Japanese artist, Yasumitsu Morito is going to show his latest work, a collaborative piece of western ceramic and Japanese traditional pottery from Mashiko.
Review by Gavin Keeney / Agence ‘X’
If the work of art is a type of index that always encompasses a much larger world within its singular form, primarily through the wizardry of the artist, but also through the very nature of the materiality of the artwork, then Morito Yasumitsu’s sculpture, while figurative and in many senses working against the grain of present-day representational values, also contains a secret record of his youth digging clay out of the hills of Mashiko, Japan, the mixing of silica and other minerals for glazing, and the multiple experiences of working in a traditional ceramics studio under his father’s guidance and gaze.
This apprenticeship, as in all cases of journeyman activities (modern and pre-modern), is written into the work. What is not written into the work is the evolving relationship to art in its current manifestation as privileged object for an art world that is driven by the collection, circulation, and re-selling of the artwork as hyper-commodity. Yasumitsu’s work contains a traditional bias that resists all of that. What make it extraordinary nonetheless are the artistic qualities that include but exceed what passes today as “sculpture.” The gracefulness of the figures is misleading in this regard. The clay and the textures, the postures and the sensuality are all by contemporary standards “archaic,” and one senses not the influence of the great present-day exemplars of installation art as sculpture nor even the ironic and iconic works of late-modern masters (for example, Louise Bourgeois plus Jeff Koons) but instead Houdon plus Rodin, or neo-classicism as it edges toward modernism, all in gentle defiance of the dictates of the market.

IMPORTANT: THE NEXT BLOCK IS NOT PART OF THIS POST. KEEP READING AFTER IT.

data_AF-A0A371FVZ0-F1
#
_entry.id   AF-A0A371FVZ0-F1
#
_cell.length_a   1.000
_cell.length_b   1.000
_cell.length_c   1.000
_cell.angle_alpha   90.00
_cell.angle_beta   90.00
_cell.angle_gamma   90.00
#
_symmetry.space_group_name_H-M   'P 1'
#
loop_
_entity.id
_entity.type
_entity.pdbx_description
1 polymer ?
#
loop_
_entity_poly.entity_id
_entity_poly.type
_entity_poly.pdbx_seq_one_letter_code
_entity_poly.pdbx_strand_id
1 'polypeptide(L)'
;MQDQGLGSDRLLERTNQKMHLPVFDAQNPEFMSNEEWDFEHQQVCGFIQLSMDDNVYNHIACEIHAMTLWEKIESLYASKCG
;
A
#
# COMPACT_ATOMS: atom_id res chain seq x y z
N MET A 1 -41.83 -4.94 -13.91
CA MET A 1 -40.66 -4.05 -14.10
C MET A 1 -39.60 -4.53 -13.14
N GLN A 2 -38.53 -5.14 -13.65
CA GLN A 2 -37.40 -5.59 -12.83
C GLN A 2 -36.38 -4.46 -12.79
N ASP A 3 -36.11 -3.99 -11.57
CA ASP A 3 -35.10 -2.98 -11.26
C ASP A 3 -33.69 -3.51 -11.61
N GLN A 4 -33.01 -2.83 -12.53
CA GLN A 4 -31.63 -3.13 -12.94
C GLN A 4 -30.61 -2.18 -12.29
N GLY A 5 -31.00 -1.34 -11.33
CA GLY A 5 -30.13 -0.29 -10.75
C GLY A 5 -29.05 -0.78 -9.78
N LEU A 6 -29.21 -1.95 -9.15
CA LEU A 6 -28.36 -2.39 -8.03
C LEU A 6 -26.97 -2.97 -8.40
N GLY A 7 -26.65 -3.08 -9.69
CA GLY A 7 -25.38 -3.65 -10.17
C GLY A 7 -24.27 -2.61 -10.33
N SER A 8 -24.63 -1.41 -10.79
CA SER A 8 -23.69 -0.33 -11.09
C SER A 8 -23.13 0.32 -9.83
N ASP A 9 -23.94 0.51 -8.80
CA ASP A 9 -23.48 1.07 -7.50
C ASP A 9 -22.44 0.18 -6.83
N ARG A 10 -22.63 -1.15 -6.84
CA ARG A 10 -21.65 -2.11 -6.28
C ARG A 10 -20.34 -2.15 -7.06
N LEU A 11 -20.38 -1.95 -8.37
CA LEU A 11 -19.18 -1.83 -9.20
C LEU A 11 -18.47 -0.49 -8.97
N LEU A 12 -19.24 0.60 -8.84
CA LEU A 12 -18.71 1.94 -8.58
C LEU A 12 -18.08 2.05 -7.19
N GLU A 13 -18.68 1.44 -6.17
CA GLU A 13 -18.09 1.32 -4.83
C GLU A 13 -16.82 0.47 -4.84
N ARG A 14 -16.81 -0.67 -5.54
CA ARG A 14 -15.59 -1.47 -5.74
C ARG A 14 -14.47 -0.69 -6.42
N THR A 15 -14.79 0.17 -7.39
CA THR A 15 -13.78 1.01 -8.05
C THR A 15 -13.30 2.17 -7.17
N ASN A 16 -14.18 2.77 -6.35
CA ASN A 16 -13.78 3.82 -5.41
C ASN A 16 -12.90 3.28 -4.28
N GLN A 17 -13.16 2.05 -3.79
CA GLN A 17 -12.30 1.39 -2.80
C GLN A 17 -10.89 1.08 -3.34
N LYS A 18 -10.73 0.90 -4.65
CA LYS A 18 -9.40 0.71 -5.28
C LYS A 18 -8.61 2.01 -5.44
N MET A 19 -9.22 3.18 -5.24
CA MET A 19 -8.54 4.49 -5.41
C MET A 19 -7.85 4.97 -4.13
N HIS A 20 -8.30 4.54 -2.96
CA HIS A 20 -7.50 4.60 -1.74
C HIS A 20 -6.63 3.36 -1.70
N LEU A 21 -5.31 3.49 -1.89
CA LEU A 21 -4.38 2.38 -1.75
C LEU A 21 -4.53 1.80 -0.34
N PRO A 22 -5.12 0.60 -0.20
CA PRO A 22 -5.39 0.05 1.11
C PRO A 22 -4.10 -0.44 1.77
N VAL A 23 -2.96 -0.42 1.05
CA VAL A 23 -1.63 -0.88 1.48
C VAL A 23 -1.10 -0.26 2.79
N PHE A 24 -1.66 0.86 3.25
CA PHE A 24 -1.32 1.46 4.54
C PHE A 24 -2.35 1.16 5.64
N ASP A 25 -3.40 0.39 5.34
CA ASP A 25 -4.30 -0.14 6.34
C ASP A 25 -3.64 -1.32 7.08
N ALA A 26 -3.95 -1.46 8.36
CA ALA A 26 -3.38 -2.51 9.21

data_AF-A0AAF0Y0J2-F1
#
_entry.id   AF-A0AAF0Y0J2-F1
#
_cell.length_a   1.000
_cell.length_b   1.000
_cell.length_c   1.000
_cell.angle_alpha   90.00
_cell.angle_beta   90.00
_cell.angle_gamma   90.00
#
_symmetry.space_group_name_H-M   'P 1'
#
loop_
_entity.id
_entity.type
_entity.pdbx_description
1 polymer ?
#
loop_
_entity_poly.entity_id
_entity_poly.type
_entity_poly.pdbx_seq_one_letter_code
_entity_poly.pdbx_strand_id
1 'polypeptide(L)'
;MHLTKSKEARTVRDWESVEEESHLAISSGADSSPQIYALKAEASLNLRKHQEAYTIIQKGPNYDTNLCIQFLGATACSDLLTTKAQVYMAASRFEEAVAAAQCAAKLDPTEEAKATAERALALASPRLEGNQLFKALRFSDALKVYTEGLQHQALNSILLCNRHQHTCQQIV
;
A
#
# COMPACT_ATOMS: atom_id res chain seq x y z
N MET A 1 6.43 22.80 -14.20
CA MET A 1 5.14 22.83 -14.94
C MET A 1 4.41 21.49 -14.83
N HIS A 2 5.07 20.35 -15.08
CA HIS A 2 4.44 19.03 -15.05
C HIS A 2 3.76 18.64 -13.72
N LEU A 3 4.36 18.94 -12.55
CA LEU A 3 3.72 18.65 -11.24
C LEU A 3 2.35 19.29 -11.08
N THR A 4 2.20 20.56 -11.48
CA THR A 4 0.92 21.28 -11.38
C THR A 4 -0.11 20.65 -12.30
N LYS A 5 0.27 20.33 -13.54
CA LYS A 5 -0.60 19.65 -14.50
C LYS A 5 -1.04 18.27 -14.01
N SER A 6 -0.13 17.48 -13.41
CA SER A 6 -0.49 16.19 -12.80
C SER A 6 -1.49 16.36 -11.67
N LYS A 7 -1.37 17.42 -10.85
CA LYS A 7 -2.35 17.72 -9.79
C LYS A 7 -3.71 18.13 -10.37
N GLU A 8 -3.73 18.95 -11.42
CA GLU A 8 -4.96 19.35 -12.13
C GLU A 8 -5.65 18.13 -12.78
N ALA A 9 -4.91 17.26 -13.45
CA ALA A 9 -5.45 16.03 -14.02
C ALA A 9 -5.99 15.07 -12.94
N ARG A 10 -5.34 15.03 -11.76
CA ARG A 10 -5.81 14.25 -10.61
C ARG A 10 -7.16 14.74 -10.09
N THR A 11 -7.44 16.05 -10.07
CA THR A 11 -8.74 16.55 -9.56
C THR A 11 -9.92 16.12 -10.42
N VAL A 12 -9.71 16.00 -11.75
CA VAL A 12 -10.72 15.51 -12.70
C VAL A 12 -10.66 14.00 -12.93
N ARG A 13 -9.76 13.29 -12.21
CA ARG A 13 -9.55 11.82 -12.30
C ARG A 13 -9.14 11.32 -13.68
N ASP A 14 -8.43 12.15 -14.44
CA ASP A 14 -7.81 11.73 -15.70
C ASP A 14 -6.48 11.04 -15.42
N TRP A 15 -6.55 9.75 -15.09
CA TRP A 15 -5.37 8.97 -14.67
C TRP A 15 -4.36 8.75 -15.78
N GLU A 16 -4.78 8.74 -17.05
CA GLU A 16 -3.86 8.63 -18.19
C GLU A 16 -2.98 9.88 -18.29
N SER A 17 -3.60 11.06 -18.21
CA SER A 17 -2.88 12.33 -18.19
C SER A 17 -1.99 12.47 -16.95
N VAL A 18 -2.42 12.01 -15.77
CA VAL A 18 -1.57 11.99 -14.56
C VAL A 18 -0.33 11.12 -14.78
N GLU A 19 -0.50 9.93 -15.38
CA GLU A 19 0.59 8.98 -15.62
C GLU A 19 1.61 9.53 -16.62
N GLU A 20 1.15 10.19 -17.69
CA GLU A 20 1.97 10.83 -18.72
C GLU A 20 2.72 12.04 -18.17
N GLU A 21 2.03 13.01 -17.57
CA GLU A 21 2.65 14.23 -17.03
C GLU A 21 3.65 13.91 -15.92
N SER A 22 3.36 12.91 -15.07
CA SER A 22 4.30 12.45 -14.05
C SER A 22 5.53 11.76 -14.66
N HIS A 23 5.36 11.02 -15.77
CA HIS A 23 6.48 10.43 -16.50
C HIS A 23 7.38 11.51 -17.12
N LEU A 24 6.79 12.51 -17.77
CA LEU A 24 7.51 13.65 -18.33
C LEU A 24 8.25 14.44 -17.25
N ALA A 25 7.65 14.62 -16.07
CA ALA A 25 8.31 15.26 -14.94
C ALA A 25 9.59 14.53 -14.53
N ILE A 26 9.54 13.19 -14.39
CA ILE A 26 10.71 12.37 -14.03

As no artist worth his or her salt would capitulate to what is fashionable, and no one brought up through the traditional apprenticeships of yesterday would willingly submit to the law of the art market today, there is in Yasumitsu’s work, as a result, a beautiful confluence of respect for materiality and form plus an edginess that might be said to index a larger conversation with a “lost” relationship to the past and the wider world that includes the source of sculpture in its material expression – the Earth proper. To inquire into this work is to exit through a door that leads back to Mashiko, into the mountains, and – ultimately – into an alliance with art that acts in concert with the most elemental ethical precepts that are arguably always buried in art awaiting excavation (not unlike “clay”).
Gavin Keeney/Agence ‘X’
March 15, 2012
Copyright Gavin Keeney 2012. May be used for publicity purposes only.
Any changes to the text must be reviewed and approved by the author.
About the Artist
Morito was born in Mashiko, Japan, which is one of the historic pottery villages in the world. Since he was a child, he has worked with clay, in Japan, Central America and now New York City.
Creating art with clay allows him to feel a connection with a living thing, the earth and with the entire universe. This has inspired him to convey his feelings about his work to all. Currently he is exhibiting his work in NY and Japan as a Cultural Ambassador of Tochigi Japan.
He has been developing his ceramic art because he feels it is necessary to step forward maintaining traditional values in this transforming age.
For example, he believes figurative Sculpture can express what it is to be human and what this diversity of images and meaning demonstrates is body’s mutability and susceptibility to the pressure of social, political and religious circumstances.
Even though he understands that the art exists for its own sake, he desires his art to speak of his love, pathos and ethos towards his heritage and all human beings.